IAM is the most important security service in AWS

To protect the resources inside an AWS account you need to manage who can do what. The IAM service defines who can access the account and what is allowed and what is not.

But access control is not easy. There are many concepts, such as principals and policies, that seem overwhelming at first.

This book is a comprehensive yet practical guide for access control in AWS.

Want a sneak peek? Sign up for free chapters here:

"IAM is too complicated!"

Then this book is for you.

When I started out with AWS I felt it was an obstacle, making everything a lot harder than necessary. Everything was hidden behind some technical jargon and it wasn't intuitive at all where to configure things. Then its JSON policy structure required a lot of searching for solutions. IAM was in my way whatever I wanted to do.

After a bit of learning, I started to see the underlying logic behind all those obscure terminology that felt so distant at first. The identities, the types and structure of the policies all fit into a bigger picture that defines the security posture of an account.

Access control is the foundation of security

AWS offers several other security services: Security Hub, Config, CloudTrail, GuardDuty, to name a few. They are great to detect problems or help with investigations.

But all of them are in the second line. The security of an account depends on the configuration of who can do what. Intrusion detection and logging are secondary to access control.

Learn how to use AWS IAM

This book has all the information in an easy-to-follow format to understand IAM and use it effectively. You'll learn:

  • How to grant access using users and roles
  • How to write policies to define what is allowed and what is not
  • What is the policy evaluation logic and how IAM determines access

...and more!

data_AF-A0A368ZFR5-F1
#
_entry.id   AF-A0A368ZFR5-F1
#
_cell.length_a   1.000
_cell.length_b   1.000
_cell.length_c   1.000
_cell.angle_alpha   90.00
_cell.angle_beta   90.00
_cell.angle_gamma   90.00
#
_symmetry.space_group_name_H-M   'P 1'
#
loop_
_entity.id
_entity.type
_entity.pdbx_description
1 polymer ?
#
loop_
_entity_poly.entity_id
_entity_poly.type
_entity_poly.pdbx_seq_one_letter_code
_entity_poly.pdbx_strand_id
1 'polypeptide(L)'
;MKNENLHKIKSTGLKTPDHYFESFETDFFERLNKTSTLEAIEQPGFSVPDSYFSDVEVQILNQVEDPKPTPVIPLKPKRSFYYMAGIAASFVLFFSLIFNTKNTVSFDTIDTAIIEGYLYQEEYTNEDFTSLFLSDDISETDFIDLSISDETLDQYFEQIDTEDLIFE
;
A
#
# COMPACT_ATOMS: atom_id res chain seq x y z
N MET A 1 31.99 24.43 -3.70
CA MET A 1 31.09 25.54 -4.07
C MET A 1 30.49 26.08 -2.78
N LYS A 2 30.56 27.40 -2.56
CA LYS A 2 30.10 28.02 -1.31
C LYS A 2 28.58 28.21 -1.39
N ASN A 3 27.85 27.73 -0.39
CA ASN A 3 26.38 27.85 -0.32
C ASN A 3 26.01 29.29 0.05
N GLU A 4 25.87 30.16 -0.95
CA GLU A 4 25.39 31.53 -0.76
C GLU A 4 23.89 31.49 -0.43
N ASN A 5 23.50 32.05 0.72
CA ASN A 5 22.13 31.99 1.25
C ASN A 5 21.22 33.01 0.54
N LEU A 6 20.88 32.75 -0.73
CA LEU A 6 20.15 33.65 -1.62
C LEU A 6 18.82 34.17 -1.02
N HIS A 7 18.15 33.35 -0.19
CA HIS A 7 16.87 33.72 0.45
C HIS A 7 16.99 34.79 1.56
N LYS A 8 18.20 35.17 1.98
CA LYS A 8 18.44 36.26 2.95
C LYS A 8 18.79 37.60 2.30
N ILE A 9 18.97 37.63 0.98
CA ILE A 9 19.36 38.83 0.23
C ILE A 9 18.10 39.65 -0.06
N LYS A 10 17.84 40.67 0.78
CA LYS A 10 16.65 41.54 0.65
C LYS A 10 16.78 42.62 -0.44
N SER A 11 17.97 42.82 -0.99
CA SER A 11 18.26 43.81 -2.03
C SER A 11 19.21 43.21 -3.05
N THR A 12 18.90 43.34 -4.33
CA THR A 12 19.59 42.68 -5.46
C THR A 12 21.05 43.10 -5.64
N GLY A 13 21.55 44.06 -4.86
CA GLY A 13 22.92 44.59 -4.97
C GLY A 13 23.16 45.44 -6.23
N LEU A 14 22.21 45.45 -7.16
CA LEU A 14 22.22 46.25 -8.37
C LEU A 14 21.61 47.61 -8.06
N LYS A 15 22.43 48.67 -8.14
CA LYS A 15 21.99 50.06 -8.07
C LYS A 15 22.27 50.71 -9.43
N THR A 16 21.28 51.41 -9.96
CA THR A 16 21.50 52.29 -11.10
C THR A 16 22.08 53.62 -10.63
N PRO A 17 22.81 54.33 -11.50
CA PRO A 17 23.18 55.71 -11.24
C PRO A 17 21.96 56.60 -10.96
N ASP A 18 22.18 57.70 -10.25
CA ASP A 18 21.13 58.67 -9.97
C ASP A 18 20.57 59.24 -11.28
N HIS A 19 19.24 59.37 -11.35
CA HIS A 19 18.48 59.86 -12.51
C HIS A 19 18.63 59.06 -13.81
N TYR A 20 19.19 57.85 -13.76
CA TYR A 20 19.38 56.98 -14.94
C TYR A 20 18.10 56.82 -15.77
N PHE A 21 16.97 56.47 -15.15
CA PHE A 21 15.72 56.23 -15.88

Table of contents

Access control basics
 Where IAM controls access
 Access elements
   IAM Users
   IAM Roles
   Special Principals
 CloudTrail logging

IAM Policies
    Multiple values
   Other types
 Policy types
  Identity-based policies
   Inline and managed policies
  Resource-based policies
  Service Control Policy (SCP)
  Session policy
  Permissions boundary
 Visual editor

Evaluation flow
 Step 1: Build the request context
 Step 2: Collect all applicable policies
 Step 3: Run the evaluation logic

Evaluation examples
 Identity policies to allow access
 Resource policy to deny access
  Resource policy to allow access
 Using conditions
  Tag-based access control
 Restricted resources

How to secure an AWS account
 Security as an AWS administrator
  Do not reuse credentials
  Minimize the number of policies
  Use separate accounts via Organizations
  Implement least privilege
  Minimize transitive permissions
  Use monitoring and logging
 Security as a developer
  Follow an additive permission strategy
  Use roles instead of users where possible
  Maintain an identical test environment
  Automate security checks


About the author
Tamás Sallai

I'm a software developer focusing mostly on cloud computing and web technologies. I'm especially interested in how to handle edge cases to end up with dependable software.

One of my main focus is security and how each part affects the whole system. I'm an AWS-certified security specialist.

Get the book

The book is available from these stores: